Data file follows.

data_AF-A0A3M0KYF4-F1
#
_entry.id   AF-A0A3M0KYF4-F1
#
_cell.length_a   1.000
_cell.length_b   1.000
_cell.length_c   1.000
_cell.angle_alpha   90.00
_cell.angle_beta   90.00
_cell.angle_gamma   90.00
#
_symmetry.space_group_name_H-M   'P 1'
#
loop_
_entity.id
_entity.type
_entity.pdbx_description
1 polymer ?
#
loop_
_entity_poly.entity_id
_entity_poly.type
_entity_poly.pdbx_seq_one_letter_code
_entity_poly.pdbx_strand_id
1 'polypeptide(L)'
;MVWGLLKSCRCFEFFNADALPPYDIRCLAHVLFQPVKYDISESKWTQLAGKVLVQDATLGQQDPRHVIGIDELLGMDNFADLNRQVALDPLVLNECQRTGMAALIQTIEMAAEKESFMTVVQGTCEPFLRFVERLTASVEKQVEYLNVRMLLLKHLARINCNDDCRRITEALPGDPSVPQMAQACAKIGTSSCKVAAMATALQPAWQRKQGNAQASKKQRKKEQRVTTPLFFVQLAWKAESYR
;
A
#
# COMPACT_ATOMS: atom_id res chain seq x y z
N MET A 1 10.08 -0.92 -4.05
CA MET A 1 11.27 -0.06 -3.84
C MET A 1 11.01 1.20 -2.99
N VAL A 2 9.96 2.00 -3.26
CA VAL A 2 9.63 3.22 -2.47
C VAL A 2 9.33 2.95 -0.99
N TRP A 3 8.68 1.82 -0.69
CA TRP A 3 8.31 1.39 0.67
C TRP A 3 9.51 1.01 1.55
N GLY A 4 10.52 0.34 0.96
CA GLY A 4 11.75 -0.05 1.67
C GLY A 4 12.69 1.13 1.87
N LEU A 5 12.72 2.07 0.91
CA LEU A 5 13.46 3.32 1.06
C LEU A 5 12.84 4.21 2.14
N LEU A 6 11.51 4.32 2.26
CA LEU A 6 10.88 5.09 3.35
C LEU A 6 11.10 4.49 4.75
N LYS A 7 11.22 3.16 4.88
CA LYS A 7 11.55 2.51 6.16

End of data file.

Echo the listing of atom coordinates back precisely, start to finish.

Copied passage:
data_AF-A0A3M0KYF4-F1
#
_entry.id   AF-A0A3M0KYF4-F1
#
_cell.length_a   1.000
_cell.length_b   1.000
_cell.length_c   1.000
_cell.angle_alpha   90.00
_cell.angle_beta   90.00
_cell.angle_gamma   90.00
#
_symmetry.space_group_name_H-M   'P 1'
#
loop_
_entity.id
_entity.type
_entity.pdbx_description
1 polymer ?
#
loop_
_entity_poly.entity_id
_entity_poly.type
_entity_poly.pdbx_seq_one_letter_code
_entity_poly.pdbx_strand_id
1 'polypeptide(L)'
;MVWGLLKSCRCFEFFNADALPPYDIRCLAHVLFQPVKYDISESKWTQLAGKVLVQDATLGQQDPRHVIGIDELLGMDNFADLNRQVALDPLVLNECQRTGMAALIQTIEMAAEKESFMTVVQGTCEPFLRFVERLTASVEKQVEYLNVRMLLLKHLARINCNDDCRRITEALPGDPSVPQMAQACAKIGTSSCKVAAMATALQPAWQRKQGNAQASKKQRKKEQRVTTPLFFVQLAWKAESYR
;
A
#
# COMPACT_ATOMS: atom_id res chain seq x y z
N MET A 1 10.08 -0.92 -4.05
CA MET A 1 11.27 -0.06 -3.84
C MET A 1 11.01 1.20 -2.99
N VAL A 2 9.96 2.00 -3.26
CA VAL A 2 9.63 3.22 -2.47
C VAL A 2 9.33 2.95 -0.99
N TRP A 3 8.68 1.82 -0.69
CA TRP A 3 8.31 1.39 0.67
C TRP A 3 9.51 1.01 1.55
N GLY A 4 10.52 0.34 0.96
CA GLY A 4 11.75 -0.05 1.67
C GLY A 4 12.69 1.13 1.87
N LEU A 5 12.72 2.07 0.91
CA LEU A 5 13.46 3.32 1.06
C LEU A 5 12.84 4.21 2.14
N LEU A 6 11.51 4.32 2.26
CA LEU A 6 10.88 5.09 3.35
C LEU A 6 11.10 4.49 4.75
N LYS A 7 11.22 3.16 4.88
CA LYS A 7 11.55 2.51 6.16